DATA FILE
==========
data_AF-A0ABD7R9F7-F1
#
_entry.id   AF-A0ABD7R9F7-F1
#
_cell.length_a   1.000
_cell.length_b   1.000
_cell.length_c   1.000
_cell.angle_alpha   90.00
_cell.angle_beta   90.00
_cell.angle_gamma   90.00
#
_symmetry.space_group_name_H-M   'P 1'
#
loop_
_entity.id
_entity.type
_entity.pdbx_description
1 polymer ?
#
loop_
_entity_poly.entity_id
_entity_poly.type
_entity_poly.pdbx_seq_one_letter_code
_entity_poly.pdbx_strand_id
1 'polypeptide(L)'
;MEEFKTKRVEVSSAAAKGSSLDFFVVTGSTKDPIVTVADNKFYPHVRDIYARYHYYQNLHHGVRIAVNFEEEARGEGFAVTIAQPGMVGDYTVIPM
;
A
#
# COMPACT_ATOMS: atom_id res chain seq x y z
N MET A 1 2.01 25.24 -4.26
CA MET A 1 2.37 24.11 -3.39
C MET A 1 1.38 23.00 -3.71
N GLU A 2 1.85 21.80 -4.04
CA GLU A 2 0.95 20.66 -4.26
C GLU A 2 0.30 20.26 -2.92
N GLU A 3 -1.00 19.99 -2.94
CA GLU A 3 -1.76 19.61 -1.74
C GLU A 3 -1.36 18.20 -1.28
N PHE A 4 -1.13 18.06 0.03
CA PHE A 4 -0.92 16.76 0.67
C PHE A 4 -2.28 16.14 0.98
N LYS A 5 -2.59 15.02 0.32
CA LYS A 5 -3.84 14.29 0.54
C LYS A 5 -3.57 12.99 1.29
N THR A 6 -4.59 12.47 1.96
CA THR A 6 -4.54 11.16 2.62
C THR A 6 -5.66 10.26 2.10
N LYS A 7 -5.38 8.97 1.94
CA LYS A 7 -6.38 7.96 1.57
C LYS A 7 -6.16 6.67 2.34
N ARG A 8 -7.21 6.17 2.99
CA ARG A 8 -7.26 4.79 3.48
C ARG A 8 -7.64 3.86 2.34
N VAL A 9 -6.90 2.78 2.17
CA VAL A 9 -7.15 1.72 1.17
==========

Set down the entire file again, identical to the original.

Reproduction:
data_AF-A0ABD7R9F7-F1
#
_entry.id   AF-A0ABD7R9F7-F1
#
_cell.length_a   1.000
_cell.length_b   1.000
_cell.length_c   1.000
_cell.angle_alpha   90.00
_cell.angle_beta   90.00
_cell.angle_gamma   90.00
#
_symmetry.space_group_name_H-M   'P 1'
#
loop_
_entity.id
_entity.type
_entity.pdbx_description
1 polymer ?
#
loop_
_entity_poly.entity_id
_entity_poly.type
_entity_poly.pdbx_seq_one_letter_code
_entity_poly.pdbx_strand_id
1 'polypeptide(L)'
;MEEFKTKRVEVSSAAAKGSSLDFFVVTGSTKDPIVTVADNKFYPHVRDIYARYHYYQNLHHGVRIAVNFEEEARGEGFAVTIAQPGMVGDYTVIPM
;
A
#
# COMPACT_ATOMS: atom_id res chain seq x y z
N MET A 1 2.01 25.24 -4.26
CA MET A 1 2.37 24.11 -3.39
C MET A 1 1.38 23.00 -3.71
N GLU A 2 1.85 21.80 -4.04
CA GLU A 2 0.95 20.66 -4.26
C GLU A 2 0.30 20.26 -2.92
N GLU A 3 -1.00 19.99 -2.94
CA GLU A 3 -1.76 19.61 -1.74
C GLU A 3 -1.36 18.20 -1.28
N PHE A 4 -1.13 18.06 0.03
CA PHE A 4 -0.92 16.76 0.67
C PHE A 4 -2.28 16.14 0.98
N LYS A 5 -2.59 15.02 0.32
CA LYS A 5 -3.84 14.29 0.54
C LYS A 5 -3.57 12.99 1.29
N THR A 6 -4.59 12.47 1.96
CA THR A 6 -4.54 11.16 2.62
C THR A 6 -5.66 10.26 2.10
N LYS A 7 -5.38 8.97 1.94
CA LYS A 7 -6.38 7.96 1.57
C LYS A 7 -6.16 6.67 2.34
N ARG A 8 -7.21 6.17 2.99
CA ARG A 8 -7.26 4.79 3.48
C ARG A 8 -7.64 3.86 2.34
N VAL A 9 -6.90 2.78 2.17
CA VAL A 9 -7.15 1.72 1.17